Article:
How Eating Porcupine Brains Can Save Your Life When Lost And Starving In Wyoming

“Rabbit starvation,” or protein poisoning, is a real risk for people trying to survive in the Wyoming wilderness by eating only the red meat of what they catch. One expert says eating the brains of porcupines could save your life.

Mark Heinz

June 07, 20245 min read

Porcupine 6 8 24
(Getty Images)

Folks who find themselves lost and starving in Wyoming’s vast backcountry might have to overcome some modern squeamishness to survive.

Those lucky enough to catch a wild critter shouldn’t eat just the red meat. That can actually kill you, and it would be a painful, drawn-out death from something called “rabbit starvation,” which is the common term for protein poisoning.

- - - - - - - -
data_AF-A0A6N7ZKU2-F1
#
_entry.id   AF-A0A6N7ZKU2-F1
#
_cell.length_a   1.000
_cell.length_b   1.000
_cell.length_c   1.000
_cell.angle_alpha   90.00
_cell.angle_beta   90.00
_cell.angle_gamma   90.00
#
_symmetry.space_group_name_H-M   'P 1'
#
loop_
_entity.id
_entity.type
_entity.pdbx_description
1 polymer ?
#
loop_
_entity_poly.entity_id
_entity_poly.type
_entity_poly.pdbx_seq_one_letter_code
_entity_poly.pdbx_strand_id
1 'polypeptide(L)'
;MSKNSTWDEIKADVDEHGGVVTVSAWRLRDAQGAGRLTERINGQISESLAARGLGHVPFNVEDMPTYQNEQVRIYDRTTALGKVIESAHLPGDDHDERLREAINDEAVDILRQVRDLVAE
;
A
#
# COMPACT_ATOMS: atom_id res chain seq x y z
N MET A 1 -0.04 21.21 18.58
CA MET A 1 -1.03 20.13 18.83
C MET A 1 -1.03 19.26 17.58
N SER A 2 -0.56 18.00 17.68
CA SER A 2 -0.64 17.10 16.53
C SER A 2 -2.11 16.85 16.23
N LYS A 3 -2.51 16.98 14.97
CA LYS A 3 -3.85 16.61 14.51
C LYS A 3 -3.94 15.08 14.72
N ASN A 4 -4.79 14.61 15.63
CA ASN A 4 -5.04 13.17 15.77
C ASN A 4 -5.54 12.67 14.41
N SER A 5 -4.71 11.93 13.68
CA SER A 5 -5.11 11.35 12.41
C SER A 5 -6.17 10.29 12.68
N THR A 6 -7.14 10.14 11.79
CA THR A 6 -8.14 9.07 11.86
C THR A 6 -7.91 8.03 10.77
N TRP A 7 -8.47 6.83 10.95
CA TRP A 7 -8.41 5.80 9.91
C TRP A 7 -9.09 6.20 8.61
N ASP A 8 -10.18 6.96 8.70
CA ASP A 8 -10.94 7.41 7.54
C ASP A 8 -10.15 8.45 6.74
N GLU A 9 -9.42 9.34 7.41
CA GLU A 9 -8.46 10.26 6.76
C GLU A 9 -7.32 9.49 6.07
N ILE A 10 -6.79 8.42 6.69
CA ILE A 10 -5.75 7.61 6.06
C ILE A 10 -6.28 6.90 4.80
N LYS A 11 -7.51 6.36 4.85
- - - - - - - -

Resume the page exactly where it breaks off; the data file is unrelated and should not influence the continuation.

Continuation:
To avoid such an awful fate, experts advise to do like ancient hunters who roamed these lands thousands of years ago did. Crack the bones to get the marrow and keep the fat deposits under the skin. Chow down on the heart and liver of your catch.

And, if things are dire enough, don’t forget that an animal’s brains and stomach contents are also loaded with vital nutrients.

“Just make sure to cook everything,” University of Wyoming anthropologist Briana Doering told Cowboy State Daily.

Even our paleolithic ancestors had to cook what they ate, she explained, because unlike bears or wolves, the human digestive system can’t handle raw animal tissue.

And as far as critters go, what would be the best option in a wilderness survival scenario?

It’s not the lucky downing of a deer or elk, Doering said. It’s the porcupine.